This month, I have used the Internet more than I have in my entire life. From Zoom meetings to Netflix Party, my daily life has transitioned to an online platform. And while most of us are disheartened and longing for physical interaction, the world at least for now will have to operate virtually until the pandemic gets under control.
However, what does this mean for businesses, schools, hospitals and other institutions that had previously relied on personal interaction? Many will suffer losses, but those that use the internet to their advantage will thrive. And these changes are going to alter the way we use technology in the future.
Due to school closures in several states, including our own, students have been seeing the switch from a traditional curriculum to an online alternative. Platforms such as Zoom and Google Meet are being used by teachers to speak to their students and give lectures. These resources will not replicate a classroom, but there are features such as a whiteboard, chatbox, and screen-sharer, which make the technology close to a classroom experience.
Many have already realized the benefits of these types of platforms for future learning. So, I think we should be ready to see more online resources long after schools reopen.
The internet has also altered the ways we communicate, and we’ve been relying on them to stay connected because of social distancing. There has been a surge of internet usage for socializing. Relatives with whom people have not contacted in ages and long-lost friends are now receiving calls from people desiring to connect.
This socializing is not typical Snapchat messages or Instagram comments, though. While plenty of that is still happening, people are increasingly using video communication apps, as numbers reported in The New York Times indicate the newfound popularity of such resources as Google Duo, Nextdoor.com, and Houseparty.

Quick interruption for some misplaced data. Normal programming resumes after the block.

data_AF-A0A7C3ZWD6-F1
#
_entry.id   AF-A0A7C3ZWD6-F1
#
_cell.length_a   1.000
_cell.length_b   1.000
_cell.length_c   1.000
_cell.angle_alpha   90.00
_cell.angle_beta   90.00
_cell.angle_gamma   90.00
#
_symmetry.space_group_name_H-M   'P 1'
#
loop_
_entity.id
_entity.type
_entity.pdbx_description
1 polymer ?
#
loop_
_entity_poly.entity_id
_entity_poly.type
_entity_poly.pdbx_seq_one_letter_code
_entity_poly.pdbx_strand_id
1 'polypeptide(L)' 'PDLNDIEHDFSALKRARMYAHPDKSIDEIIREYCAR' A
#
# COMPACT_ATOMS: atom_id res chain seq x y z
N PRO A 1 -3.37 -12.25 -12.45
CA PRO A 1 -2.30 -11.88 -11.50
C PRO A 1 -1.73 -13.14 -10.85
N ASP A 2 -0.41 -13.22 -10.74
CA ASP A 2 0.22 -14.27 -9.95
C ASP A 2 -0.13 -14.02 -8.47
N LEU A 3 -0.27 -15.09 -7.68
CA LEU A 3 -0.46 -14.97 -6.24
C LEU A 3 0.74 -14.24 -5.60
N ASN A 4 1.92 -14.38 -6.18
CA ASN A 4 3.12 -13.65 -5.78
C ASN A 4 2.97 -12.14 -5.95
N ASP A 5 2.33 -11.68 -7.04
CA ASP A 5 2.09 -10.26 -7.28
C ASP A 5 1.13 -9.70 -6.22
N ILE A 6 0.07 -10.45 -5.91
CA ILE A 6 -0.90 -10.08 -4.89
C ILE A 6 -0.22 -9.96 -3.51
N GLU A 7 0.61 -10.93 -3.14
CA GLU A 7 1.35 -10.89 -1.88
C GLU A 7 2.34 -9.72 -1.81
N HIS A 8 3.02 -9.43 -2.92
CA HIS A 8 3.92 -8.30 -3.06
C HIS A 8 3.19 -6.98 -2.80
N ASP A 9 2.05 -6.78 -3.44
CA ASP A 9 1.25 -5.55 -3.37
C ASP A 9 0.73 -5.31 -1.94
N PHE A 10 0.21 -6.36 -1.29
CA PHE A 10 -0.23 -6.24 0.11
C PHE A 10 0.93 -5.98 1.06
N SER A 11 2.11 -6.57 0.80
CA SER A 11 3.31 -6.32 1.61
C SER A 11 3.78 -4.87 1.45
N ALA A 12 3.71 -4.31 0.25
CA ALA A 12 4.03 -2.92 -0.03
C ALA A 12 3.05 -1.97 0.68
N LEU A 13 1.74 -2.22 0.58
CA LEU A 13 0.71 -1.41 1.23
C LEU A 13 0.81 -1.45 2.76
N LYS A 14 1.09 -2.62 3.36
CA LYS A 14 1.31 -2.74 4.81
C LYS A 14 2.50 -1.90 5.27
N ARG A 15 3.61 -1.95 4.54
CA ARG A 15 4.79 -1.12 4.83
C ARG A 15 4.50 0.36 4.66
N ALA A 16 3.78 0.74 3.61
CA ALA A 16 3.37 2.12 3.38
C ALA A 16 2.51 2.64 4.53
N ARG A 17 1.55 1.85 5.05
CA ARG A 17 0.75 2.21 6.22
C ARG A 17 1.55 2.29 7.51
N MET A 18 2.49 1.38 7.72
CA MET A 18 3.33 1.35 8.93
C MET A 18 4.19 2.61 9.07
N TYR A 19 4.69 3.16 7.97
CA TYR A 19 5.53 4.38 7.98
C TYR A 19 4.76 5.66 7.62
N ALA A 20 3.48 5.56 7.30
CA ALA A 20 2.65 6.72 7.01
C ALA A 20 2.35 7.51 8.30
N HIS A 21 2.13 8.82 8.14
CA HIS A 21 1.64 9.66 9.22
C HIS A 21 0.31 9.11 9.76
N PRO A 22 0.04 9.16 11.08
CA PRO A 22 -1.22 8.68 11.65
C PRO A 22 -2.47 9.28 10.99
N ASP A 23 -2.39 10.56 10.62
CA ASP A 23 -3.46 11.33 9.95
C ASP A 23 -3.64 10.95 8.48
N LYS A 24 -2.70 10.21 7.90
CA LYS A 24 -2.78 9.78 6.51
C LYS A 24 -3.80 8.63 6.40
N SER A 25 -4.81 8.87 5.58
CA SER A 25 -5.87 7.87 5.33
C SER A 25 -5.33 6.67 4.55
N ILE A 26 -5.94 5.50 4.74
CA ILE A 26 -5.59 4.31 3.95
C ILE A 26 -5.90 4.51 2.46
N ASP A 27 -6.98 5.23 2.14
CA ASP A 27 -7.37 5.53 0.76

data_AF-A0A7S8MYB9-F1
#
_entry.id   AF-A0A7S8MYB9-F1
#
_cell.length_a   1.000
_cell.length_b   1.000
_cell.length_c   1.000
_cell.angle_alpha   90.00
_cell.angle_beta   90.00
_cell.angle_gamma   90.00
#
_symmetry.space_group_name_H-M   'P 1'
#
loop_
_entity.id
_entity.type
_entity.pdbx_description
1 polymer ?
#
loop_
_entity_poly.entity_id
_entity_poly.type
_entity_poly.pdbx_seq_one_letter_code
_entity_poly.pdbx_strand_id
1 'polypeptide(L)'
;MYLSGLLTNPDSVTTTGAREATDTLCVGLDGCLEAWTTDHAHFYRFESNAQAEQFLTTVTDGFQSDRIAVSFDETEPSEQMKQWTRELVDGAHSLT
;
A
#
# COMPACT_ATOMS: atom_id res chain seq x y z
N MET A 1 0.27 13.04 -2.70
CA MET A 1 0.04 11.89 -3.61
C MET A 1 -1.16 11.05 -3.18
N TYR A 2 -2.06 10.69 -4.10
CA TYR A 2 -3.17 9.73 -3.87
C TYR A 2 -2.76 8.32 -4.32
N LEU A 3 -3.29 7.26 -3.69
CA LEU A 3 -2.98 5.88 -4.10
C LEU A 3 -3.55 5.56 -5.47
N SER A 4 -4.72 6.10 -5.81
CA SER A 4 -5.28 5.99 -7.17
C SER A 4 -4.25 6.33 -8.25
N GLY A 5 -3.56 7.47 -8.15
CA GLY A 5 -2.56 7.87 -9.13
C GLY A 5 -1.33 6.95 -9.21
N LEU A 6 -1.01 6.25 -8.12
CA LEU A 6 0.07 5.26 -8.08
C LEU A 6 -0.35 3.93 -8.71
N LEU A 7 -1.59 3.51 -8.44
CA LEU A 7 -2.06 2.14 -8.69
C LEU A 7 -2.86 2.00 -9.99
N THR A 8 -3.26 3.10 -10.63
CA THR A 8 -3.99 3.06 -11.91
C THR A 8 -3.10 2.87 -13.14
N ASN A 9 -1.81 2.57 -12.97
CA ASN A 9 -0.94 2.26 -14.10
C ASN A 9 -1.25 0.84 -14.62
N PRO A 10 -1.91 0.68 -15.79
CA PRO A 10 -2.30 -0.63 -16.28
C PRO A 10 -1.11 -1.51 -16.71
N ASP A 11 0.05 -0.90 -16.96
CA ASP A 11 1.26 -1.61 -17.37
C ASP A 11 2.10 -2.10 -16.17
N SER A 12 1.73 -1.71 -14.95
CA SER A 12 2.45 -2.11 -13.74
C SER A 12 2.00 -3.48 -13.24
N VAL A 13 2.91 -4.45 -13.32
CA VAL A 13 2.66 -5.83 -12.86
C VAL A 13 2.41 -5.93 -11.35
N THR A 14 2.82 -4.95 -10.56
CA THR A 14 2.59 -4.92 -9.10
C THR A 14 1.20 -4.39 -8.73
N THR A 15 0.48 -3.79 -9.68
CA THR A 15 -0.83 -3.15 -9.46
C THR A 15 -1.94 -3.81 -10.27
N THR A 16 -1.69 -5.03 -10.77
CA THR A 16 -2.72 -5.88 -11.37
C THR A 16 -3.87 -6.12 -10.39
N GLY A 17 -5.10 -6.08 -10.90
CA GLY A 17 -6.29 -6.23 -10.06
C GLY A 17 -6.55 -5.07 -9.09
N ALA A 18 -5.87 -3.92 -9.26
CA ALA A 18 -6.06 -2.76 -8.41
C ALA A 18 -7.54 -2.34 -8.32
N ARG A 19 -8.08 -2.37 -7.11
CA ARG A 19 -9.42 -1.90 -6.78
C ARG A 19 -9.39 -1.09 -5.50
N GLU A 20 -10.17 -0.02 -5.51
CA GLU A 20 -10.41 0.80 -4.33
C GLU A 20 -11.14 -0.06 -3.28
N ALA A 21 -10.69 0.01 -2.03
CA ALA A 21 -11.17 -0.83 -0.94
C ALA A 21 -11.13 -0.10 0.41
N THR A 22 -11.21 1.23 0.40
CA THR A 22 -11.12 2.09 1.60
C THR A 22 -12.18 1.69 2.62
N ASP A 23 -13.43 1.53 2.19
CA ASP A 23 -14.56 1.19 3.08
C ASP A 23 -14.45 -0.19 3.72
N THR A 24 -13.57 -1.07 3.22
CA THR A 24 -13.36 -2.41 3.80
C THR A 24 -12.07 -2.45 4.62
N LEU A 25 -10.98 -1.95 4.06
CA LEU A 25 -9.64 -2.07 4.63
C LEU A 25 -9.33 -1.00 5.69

It’s as if people finally realize the power of the internet. Even people who are not typically using social media platforms are now opting for them because there is no knowing how long this current situation will last.
Perhaps the most useful incorporation of technology, however, is the distribution of information among the masses and the way the health care field is using it to combat the coronavirus. More people than ever are using radio programs, news channels and online newspapers to stay updated on the latest information. Several news outlets are offering free access to coronavirus-related online content to help promote community awareness of the pandemic. Institutions like John Hopkins University are providing up-to-date information on the number of cases via a live map.
Hospitals and clinics have also started using telemedicine to diagnose patients via a video or phone call, reducing the over-clogging of hospitals and emergency rooms. While telemedicine isn’t new, many patients are relying on it for the first time.
Skepticism about telemedicine has long existed, but the fear of exposure to the coronavirus has prompted hospitals to take unprecedented safety measures. Given how useful telemedicine has become for making diagnoses, it may be continue to be used long after this is all over. Why drive miles from home when you only have a common cold?
Further, the role of technology has expanded to medical treatment. In Circolo Hospital in Varese, Italy, Tommy the robot nurse is being used to monitor patients’ vitals and communicate messages from patients to their doctor. Not only can a robot nurse limit personal interaction and therefore protect health care professionals from infection, it also provides new resources for making primary diagnoses in the future.
While the internet connection may be slower at your house right now and you may not be able to watch your Netflix show at the moment, know that the internet is doing its job in providing us with hundreds (if not thousands) of new ways to connect.
Amy Bailon is a senior at Davis High School.